I'm sooooo excited to be able to welcome Joanne Harris to this blog. I enjoyed reading Chocolat well before I started writing this blog. She has written 15 books so far and is still writing. Thanks to Mozette for sending her the questions.
So, without further ado, the interview:
Please introduce yourself to our readers
I’m a 47-year-old former teacher living in Yorkshire. I have an 18-year-old daughter and a husband I met via graffiti on a school desk when I was just 16. I ‘m addicted to Haribo, Diet Coke and musical theatre.
Oh, yes - and I write a bit.
What book do you think you are most like?
Parts of me are in all my books and all my characters. I don’t think you can write a convincing fiction unless some of it is supported by experience and emotional investment.
What sort of books do you write?
I don’t like categorizing what I write. My books are often very different from each other. Loosely speaking, I appear under general fiction, but I’ve written crime novels, fantasy, historical, cookbooks, short stories. Most of my books have an element of suspense, and many of them focus on the senses in some way – often those of scent and taste.
Can you tell us a bit about your favourite character from your own writing.
It’s hard to choose a favourite character when there are so many to choose from. One of my readers’ favourites is Vianne Rocher, who has appeared in two of my books so far; a mother, a traveller, a reluctant witch and of course, a maker of chocolates. I’m writing another book about her now, because I sense that her journey isn’t done.
What books/authors have influenced your writing the most?
Ray Bradbury; Jules Verne; Victor Hugo; P.G.Wodehouse; John Mortimer; Mervyn Peake; Vladimir Nabokov.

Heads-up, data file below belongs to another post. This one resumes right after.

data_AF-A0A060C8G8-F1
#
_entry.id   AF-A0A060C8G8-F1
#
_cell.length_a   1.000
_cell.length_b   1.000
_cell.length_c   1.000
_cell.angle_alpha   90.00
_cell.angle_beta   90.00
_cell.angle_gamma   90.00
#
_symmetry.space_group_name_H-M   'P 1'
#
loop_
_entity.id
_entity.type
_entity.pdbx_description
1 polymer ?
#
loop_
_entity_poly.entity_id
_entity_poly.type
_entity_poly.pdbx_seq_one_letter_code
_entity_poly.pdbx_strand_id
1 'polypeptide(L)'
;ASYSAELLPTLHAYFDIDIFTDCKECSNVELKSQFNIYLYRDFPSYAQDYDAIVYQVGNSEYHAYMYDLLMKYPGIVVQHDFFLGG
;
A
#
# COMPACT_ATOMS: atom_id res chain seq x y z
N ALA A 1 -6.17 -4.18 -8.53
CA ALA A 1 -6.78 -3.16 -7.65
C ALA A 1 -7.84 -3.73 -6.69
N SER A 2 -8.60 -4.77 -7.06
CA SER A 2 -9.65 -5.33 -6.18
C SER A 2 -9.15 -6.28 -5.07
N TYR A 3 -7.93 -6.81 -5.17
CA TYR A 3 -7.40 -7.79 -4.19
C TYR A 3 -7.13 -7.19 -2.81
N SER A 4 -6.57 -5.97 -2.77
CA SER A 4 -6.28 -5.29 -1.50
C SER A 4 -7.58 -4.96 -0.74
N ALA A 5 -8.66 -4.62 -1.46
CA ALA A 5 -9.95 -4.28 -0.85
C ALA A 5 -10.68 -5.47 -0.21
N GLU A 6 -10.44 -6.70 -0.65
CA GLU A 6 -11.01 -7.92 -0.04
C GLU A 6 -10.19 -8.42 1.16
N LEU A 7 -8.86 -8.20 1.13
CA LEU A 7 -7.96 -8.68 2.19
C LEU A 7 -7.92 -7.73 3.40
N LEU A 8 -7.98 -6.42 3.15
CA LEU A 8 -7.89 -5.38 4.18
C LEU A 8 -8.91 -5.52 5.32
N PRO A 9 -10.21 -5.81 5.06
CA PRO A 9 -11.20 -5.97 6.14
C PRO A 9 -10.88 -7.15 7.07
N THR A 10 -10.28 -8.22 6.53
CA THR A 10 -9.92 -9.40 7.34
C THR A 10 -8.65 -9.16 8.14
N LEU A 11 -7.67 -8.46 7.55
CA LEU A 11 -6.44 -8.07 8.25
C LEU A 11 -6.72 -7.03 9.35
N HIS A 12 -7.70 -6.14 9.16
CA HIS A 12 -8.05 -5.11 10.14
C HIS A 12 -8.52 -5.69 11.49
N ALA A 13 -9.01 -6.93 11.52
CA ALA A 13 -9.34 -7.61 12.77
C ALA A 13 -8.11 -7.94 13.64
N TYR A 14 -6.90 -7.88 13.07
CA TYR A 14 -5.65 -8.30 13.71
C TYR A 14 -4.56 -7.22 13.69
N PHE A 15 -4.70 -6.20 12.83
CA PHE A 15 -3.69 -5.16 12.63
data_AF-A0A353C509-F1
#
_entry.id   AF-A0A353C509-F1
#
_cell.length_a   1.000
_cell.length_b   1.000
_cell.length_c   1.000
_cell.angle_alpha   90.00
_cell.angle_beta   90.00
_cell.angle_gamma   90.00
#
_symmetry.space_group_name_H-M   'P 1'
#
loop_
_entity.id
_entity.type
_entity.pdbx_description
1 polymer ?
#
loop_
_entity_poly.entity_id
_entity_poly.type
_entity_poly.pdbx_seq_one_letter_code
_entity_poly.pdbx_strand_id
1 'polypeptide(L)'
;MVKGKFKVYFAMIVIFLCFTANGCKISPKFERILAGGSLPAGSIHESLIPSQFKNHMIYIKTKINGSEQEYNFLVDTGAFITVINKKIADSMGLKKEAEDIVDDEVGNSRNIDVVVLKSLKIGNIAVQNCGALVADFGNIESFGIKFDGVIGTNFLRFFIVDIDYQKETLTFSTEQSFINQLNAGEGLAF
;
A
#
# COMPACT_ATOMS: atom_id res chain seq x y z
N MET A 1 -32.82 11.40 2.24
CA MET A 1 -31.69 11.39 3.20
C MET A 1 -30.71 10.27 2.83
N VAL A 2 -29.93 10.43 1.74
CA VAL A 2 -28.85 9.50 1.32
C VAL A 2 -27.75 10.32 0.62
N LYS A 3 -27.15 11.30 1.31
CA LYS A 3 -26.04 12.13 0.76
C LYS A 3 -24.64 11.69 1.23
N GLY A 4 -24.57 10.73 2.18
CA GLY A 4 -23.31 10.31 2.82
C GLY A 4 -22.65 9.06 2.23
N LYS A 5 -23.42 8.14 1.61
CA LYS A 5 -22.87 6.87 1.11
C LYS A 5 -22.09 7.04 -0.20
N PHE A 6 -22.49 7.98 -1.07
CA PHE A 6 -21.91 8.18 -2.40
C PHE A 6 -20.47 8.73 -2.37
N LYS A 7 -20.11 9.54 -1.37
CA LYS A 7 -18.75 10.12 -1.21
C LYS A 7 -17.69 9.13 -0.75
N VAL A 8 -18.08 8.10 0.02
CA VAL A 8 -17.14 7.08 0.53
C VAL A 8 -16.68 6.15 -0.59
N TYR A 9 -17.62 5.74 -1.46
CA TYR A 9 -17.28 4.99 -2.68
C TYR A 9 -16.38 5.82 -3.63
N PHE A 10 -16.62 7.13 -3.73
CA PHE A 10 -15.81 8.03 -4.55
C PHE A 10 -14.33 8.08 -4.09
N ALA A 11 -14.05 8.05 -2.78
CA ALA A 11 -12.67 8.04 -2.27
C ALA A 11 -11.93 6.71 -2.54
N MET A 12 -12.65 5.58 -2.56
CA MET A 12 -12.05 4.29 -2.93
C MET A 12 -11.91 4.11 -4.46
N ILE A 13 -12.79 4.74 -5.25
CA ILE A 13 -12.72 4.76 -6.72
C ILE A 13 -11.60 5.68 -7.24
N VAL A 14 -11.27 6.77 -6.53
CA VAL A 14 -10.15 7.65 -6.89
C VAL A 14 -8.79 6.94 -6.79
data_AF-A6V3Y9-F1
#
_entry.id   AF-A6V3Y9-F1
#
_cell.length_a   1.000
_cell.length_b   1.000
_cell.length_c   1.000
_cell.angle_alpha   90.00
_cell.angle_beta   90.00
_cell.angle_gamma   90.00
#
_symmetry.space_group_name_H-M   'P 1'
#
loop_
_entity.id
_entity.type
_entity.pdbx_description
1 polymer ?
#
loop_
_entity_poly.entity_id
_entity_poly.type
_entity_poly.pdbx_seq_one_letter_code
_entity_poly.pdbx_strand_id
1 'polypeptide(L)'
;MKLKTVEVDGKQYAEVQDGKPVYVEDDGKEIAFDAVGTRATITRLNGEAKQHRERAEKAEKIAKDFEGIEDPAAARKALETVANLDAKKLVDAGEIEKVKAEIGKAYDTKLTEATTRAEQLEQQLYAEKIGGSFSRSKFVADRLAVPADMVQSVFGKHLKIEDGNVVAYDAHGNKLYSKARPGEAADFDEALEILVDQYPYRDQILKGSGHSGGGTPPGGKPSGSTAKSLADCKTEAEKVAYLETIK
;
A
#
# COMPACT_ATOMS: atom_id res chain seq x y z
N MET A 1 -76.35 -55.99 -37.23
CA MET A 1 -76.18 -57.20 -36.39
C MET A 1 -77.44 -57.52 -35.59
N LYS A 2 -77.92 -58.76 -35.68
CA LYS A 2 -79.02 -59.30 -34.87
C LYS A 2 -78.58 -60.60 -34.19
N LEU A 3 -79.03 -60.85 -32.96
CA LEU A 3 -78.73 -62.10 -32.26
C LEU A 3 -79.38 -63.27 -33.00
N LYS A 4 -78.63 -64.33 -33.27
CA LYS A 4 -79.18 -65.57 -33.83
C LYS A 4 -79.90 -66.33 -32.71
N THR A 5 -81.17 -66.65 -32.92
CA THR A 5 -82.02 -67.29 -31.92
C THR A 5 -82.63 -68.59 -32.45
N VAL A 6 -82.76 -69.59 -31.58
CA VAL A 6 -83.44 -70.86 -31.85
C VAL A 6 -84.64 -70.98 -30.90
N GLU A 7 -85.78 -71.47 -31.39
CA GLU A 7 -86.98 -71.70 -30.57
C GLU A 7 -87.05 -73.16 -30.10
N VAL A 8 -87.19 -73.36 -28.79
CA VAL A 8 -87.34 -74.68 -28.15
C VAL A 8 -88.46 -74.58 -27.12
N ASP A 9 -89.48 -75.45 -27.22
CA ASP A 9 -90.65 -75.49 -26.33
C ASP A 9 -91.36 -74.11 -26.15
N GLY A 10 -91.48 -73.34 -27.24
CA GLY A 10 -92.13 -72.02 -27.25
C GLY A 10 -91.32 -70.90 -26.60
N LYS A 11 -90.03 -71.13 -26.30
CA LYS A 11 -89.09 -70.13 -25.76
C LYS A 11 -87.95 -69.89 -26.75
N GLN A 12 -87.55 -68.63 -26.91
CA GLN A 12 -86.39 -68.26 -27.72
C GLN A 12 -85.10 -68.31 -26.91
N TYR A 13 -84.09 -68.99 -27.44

Tell us about the place where you write.
I used to write at home, but now I have a shed in the garden. It’s made of stone and it’s quite spare inside, with just the basics; a chair, a desk; a kettle. I don’t like distractions when I’m working, so it’s good to have somewhere to go where I know I won’t be disturbed too often.
Do you have any techniques that you use if you get writer's block
I’m not sure I believe in writer’s block. The idea presupposes that a writer can always write whenever they feel like it. Some days I can write, others not. On the others I do something else.
What are your top 5 tips for writing?
Read as much as you can, in as many different areas.
Pay attention to current events. Newspapers are full of ideas.
Talk to as many different kinds of people as you can. Everyone has a story.
Don’t try to copy trends. Be yourself, and be honest.
Enjoy what you do, and keep trying to improve. That in itself is already success.
Thankyou to Joanna Harris for the useful tips. I must say that I for one am very glad to hear an author saying that you don't have to write every day. You can find more tips for writing on Joanne Harris' website.
Over to you:
What is your favourite Joanne Harris book?
Tomorrow I'll be interviewing blogger Hilde of 'Turn of The Page' over at 'The Story Factory Reading Zone'.